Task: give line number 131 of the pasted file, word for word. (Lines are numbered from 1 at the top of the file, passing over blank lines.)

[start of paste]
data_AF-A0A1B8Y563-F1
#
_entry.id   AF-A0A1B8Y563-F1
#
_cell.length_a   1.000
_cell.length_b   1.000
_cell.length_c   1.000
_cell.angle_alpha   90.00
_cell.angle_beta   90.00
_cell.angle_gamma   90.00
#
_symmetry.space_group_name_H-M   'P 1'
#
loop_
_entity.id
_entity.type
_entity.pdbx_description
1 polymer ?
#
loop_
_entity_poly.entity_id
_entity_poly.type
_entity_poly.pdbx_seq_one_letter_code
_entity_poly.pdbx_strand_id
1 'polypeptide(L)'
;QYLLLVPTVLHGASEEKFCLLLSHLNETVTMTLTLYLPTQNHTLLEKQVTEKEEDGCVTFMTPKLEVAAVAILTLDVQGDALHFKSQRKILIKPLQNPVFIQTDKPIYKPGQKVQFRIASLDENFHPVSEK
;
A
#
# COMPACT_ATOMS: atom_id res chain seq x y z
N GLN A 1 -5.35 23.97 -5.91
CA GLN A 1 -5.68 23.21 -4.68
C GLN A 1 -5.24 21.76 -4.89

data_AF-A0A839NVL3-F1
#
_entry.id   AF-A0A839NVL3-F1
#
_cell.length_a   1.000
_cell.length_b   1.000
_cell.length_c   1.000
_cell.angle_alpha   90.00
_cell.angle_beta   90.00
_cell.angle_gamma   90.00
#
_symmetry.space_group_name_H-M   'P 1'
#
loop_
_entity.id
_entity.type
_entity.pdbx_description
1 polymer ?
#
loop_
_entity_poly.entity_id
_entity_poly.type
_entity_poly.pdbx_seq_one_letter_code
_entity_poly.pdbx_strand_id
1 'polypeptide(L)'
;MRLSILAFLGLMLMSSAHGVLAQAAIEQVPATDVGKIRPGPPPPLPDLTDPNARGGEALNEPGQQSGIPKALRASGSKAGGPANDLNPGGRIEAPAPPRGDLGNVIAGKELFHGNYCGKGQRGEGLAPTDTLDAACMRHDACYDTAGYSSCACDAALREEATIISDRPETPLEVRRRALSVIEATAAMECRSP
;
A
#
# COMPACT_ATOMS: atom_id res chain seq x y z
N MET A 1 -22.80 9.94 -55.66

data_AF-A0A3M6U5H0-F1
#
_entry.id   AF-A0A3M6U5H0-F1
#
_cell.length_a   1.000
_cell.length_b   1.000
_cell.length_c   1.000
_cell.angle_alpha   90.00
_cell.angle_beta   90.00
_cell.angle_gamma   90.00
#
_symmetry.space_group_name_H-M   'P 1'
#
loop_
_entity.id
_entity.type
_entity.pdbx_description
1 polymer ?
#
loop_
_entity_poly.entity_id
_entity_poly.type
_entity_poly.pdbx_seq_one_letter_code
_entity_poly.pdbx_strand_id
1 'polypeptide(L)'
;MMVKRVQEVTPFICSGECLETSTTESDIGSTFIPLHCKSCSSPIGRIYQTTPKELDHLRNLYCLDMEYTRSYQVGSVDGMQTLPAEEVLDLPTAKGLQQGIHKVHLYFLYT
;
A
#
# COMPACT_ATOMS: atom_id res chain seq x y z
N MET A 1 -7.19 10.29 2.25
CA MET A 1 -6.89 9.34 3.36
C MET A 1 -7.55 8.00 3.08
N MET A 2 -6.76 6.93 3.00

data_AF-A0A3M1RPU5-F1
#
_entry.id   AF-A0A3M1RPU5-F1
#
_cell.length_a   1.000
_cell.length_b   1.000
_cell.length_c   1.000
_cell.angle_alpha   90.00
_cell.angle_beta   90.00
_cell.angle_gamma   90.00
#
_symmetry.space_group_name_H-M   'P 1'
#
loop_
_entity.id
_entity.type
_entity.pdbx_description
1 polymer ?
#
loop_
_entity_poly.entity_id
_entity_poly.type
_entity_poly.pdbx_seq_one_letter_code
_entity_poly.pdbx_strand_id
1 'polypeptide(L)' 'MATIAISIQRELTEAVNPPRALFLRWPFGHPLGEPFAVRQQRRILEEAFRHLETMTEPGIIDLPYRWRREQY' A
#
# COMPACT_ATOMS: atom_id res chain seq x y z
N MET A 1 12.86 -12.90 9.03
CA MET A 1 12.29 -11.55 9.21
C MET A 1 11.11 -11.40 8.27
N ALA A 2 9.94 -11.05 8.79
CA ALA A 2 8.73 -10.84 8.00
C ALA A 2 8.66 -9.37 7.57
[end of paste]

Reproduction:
C ALA A 2 8.66 -9.37 7.57